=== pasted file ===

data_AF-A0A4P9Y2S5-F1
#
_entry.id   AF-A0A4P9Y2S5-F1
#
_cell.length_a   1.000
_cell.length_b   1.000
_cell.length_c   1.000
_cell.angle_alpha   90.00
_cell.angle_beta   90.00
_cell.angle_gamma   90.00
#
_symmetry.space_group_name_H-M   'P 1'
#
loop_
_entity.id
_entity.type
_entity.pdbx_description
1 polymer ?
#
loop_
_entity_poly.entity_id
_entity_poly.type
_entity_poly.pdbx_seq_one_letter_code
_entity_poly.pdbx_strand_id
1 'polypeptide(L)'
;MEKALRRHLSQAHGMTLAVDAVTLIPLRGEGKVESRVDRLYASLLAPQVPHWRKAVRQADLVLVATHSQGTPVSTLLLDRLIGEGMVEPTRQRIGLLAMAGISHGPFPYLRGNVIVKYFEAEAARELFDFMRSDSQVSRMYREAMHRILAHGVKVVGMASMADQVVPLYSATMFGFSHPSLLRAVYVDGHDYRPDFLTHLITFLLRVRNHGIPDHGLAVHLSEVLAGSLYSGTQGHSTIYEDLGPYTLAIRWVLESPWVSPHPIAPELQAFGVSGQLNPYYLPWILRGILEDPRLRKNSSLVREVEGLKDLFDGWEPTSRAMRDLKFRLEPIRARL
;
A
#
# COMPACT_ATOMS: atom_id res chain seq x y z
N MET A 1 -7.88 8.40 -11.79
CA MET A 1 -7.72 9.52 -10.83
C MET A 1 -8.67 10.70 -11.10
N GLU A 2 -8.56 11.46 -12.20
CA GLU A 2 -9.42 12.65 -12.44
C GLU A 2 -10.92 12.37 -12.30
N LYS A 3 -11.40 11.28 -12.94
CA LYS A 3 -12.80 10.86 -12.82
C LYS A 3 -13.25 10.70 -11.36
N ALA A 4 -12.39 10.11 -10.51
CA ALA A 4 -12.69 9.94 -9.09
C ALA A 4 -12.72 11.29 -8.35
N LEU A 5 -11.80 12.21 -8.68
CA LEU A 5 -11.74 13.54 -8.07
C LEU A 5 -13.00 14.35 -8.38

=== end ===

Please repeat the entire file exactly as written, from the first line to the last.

data_AF-A0A4P9Y2S5-F1
#
_entry.id   AF-A0A4P9Y2S5-F1
#
_cell.length_a   1.000
_cell.length_b   1.000
_cell.length_c   1.000
_cell.angle_alpha   90.00
_cell.angle_beta   90.00
_cell.angle_gamma   90.00
#
_symmetry.space_group_name_H-M   'P 1'
#
loop_
_entity.id
_entity.type
_entity.pdbx_description
1 polymer ?
#
loop_
_entity_poly.entity_id
_entity_poly.type
_entity_poly.pdbx_seq_one_letter_code
_entity_poly.pdbx_strand_id
1 'polypeptide(L)'
;MEKALRRHLSQAHGMTLAVDAVTLIPLRGEGKVESRVDRLYASLLAPQVPHWRKAVRQADLVLVATHSQGTPVSTLLLDRLIGEGMVEPTRQRIGLLAMAGISHGPFPYLRGNVIVKYFEAEAARELFDFMRSDSQVSRMYREAMHRILAHGVKVVGMASMADQVVPLYSATMFGFSHPSLLRAVYVDGHDYRPDFLTHLITFLLRVRNHGIPDHGLAVHLSEVLAGSLYSGTQGHSTIYEDLGPYTLAIRWVLESPWVSPHPIAPELQAFGVSGQLNPYYLPWILRGILEDPRLRKNSSLVREVEGLKDLFDGWEPTSRAMRDLKFRLEPIRARL
;
A
#
# COMPACT_ATOMS: atom_id res chain seq x y z
N MET A 1 -7.88 8.40 -11.79
CA MET A 1 -7.72 9.52 -10.83
C MET A 1 -8.67 10.70 -11.10
N GLU A 2 -8.56 11.46 -12.20
CA GLU A 2 -9.42 12.65 -12.44
C GLU A 2 -10.92 12.37 -12.30
N LYS A 3 -11.40 11.28 -12.94
CA LYS A 3 -12.80 10.86 -12.82
C LYS A 3 -13.25 10.70 -11.36
N ALA A 4 -12.39 10.11 -10.51
CA ALA A 4 -12.69 9.94 -9.09
C ALA A 4 -12.72 11.29 -8.35
N LEU A 5 -11.80 12.21 -8.68
CA LEU A 5 -11.74 13.54 -8.07
C LEU A 5 -13.00 14.35 -8.38